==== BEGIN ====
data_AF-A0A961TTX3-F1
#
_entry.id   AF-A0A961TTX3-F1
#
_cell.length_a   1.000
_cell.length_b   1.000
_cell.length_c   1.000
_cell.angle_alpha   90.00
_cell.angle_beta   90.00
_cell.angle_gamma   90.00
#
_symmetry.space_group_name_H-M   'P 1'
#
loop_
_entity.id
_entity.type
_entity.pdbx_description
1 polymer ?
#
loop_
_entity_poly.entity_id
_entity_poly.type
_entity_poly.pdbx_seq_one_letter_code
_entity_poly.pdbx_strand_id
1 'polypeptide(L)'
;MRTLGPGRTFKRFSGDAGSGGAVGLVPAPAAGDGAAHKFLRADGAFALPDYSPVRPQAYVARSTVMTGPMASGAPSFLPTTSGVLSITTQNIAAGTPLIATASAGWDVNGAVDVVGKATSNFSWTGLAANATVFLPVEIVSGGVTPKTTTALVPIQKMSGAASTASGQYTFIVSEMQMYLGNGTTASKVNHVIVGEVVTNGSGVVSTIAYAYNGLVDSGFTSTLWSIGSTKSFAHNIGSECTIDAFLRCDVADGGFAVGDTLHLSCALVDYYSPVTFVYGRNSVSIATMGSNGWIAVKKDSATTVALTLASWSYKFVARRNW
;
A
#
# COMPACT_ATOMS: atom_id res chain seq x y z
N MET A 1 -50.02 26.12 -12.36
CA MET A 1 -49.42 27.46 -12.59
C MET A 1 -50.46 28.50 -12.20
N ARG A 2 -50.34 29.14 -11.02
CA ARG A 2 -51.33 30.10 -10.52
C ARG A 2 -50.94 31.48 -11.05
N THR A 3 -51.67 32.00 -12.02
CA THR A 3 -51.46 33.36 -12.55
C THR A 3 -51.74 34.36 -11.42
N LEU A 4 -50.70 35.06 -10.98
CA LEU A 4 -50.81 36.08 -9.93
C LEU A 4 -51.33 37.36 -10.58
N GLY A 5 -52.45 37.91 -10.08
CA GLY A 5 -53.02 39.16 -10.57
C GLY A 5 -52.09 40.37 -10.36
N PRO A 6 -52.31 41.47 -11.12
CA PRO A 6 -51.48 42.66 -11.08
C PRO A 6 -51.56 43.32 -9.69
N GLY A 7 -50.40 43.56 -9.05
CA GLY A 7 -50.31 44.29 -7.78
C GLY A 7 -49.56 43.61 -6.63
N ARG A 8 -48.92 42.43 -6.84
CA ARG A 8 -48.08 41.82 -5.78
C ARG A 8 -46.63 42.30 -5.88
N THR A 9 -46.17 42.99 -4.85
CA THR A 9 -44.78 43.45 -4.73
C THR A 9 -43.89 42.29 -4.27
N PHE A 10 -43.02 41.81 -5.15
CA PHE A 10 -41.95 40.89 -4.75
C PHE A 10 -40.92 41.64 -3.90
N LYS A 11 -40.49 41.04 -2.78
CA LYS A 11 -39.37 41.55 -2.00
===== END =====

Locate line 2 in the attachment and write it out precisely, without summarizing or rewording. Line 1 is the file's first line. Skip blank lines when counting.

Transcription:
#